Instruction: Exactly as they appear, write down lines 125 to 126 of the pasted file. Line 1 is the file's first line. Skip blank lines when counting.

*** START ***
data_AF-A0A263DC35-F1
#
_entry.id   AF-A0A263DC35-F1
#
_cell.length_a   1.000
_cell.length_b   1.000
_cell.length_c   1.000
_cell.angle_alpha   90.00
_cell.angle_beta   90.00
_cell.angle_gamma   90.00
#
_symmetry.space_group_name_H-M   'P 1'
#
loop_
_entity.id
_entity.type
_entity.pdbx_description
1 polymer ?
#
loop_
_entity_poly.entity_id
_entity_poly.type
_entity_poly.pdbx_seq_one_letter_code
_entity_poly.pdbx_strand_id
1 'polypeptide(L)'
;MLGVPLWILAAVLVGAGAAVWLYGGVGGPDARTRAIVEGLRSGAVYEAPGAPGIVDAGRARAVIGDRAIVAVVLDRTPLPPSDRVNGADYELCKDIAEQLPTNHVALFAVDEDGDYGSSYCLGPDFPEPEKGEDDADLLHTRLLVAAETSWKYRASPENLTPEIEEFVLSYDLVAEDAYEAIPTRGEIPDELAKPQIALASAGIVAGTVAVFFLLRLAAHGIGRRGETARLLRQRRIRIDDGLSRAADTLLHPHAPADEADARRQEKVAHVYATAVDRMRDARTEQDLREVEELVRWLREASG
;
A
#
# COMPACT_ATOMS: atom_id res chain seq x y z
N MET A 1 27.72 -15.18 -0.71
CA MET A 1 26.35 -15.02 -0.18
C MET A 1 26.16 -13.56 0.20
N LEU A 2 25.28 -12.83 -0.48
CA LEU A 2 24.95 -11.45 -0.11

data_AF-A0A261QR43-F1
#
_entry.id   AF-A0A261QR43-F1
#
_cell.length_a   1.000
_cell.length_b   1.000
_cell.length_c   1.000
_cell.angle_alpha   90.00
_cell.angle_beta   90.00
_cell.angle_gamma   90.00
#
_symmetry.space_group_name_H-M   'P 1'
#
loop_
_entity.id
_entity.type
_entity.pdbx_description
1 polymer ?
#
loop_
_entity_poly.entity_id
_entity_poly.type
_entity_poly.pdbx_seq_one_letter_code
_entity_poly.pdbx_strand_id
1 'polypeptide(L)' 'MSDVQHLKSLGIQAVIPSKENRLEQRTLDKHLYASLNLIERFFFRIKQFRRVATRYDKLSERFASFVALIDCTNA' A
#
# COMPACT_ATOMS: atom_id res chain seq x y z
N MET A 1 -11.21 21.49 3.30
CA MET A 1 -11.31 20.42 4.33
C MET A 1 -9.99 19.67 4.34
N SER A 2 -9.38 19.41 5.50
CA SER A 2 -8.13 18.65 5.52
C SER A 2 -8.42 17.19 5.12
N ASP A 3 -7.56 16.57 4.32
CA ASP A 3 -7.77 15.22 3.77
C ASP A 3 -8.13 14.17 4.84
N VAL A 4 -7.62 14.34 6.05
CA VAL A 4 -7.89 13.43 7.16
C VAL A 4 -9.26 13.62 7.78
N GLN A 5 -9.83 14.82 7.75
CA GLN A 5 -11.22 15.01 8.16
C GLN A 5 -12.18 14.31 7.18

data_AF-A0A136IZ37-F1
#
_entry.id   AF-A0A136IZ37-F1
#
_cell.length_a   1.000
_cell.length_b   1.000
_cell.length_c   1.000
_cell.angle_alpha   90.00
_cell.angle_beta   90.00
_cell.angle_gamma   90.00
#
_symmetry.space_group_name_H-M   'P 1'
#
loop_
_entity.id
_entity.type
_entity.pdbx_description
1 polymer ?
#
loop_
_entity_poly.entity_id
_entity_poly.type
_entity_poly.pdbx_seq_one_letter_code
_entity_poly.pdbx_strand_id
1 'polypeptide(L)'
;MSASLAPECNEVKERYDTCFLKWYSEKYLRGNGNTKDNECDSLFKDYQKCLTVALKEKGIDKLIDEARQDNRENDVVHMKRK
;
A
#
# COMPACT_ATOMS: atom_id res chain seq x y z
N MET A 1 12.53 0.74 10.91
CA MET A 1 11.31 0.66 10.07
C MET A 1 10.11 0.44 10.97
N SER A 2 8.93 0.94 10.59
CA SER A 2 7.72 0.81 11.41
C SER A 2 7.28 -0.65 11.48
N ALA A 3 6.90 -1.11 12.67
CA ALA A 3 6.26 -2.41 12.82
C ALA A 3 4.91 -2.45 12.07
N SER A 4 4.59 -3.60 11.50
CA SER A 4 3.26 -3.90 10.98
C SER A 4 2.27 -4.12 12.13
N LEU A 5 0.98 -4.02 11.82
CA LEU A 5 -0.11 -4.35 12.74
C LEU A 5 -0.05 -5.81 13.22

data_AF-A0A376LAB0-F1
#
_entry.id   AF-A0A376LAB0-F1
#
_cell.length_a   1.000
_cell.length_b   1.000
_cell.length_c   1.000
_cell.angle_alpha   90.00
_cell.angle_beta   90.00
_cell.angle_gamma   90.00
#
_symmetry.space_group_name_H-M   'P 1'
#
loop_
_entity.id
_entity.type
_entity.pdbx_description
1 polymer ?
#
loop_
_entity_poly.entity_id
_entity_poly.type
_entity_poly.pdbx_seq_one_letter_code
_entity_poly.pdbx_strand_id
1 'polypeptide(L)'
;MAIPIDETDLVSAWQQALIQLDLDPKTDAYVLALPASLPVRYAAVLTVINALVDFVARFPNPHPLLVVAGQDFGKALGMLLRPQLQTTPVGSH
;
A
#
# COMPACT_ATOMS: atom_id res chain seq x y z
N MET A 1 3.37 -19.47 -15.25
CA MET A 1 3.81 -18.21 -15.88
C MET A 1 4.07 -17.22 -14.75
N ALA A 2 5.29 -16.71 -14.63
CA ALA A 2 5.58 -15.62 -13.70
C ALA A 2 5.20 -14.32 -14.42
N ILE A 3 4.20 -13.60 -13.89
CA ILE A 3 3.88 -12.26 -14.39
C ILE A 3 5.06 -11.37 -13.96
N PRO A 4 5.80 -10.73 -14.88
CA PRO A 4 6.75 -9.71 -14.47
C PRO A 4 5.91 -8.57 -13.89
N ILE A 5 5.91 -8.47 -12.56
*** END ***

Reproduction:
_entry.id   AF-A0A376LAB0-F1
#